The year was 1887 when Sir Frank Bowden purchased interest in a small bicycle business on Raleigh Street in Nottingham, England. The company, which would one day grow to an international bicycling force called Raleigh UK Ltd., began with a humble single-speed model, a bike with no freewheel but tires capable of treading the rolling dirt tracks and cobblestone streets common of the era.
Fast forward 122 years. It is 2009 and a new type of single-speed bike is in fashion. Now called fixed-gear bikes — fixies for short — the pared-down and freewheel-less models are popular with urban riders looking for an ultimate connection to a machine.
Indeed, you cannot coast on a fixed-gear bike. As long as the wheels are moving, so is the cog, the chain, the cranks, the pedals, and, consequently, your feet, which may be caged or clipped in via the cleat of a bike shoe.
A fixie can be a wild ride, a thrill where your body is locked to the motion of spinning wheels on a road. But once mastered, a fixie provides a unique type of control, as a rider can accelerate and slow down with the pedals. Some fixie riders eschew brakes altogether, learning to slow and skid to a stop when needed with pressure applied against the always-propelling cranks.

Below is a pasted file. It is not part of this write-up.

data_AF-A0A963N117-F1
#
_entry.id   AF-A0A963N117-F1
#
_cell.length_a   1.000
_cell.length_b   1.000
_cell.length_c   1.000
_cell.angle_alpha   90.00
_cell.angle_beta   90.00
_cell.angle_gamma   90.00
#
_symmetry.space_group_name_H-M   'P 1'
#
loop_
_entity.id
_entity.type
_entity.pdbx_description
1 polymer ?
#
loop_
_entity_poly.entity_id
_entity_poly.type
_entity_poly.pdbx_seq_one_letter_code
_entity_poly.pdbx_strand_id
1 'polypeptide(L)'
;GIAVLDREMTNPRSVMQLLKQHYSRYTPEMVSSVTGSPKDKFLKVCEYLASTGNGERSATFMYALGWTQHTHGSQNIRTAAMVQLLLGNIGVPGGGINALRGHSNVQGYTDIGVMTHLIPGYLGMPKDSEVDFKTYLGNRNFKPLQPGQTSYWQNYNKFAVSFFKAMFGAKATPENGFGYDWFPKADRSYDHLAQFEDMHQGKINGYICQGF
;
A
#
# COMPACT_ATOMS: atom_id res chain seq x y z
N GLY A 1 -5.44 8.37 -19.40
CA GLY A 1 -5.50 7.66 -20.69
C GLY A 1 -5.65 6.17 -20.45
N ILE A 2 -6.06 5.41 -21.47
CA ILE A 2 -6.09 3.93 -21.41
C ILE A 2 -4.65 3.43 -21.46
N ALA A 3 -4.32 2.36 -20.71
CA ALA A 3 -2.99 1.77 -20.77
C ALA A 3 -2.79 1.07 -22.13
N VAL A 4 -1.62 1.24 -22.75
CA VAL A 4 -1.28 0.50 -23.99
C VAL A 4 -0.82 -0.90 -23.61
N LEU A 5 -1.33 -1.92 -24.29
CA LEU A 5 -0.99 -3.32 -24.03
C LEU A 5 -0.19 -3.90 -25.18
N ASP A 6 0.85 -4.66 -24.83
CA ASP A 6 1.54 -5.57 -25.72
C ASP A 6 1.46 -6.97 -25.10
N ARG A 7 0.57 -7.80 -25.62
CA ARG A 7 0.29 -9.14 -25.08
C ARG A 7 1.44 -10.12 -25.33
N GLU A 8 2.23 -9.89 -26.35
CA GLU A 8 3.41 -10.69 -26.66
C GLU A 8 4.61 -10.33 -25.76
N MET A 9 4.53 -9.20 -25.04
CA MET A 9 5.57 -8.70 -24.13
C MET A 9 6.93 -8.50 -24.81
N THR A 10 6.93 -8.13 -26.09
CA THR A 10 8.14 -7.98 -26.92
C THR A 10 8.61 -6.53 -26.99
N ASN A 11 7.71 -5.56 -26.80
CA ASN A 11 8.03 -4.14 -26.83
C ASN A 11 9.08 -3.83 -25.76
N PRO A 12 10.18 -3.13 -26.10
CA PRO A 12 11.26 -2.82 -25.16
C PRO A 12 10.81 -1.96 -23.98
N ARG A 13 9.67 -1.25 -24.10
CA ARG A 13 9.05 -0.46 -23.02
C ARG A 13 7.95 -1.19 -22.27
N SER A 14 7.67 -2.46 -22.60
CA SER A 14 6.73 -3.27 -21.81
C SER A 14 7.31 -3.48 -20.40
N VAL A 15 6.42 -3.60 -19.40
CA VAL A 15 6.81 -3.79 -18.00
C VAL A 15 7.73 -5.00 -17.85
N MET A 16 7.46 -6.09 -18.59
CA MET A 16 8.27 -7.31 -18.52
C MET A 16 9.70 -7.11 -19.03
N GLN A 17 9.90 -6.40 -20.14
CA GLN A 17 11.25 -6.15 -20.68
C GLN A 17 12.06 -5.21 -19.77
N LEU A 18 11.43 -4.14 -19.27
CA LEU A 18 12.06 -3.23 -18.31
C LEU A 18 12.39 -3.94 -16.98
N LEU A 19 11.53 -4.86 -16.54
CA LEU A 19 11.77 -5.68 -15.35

Raleigh offers the full fixie experience with its Rush Hour, a single-speed road bike that’s been on the market since 2006. The 2009 model I tested is updated with anodized parts and a new fork. While it bears little resemblance to the bikes of old in Nottingham, England, the Rush Hour’s aesthetic nods to a time when bicycles were more than anything a utilitarian means of getting around.
There is no glitz to the Rush Hour. It is black and has almost no noticeable logos or brand markings. It has no braze-ons or bottle cages. The frame and fork are steel, making the bike a solid rig — though still somewhat lightweight at about 21 pounds — on the road.
continued on next page. . .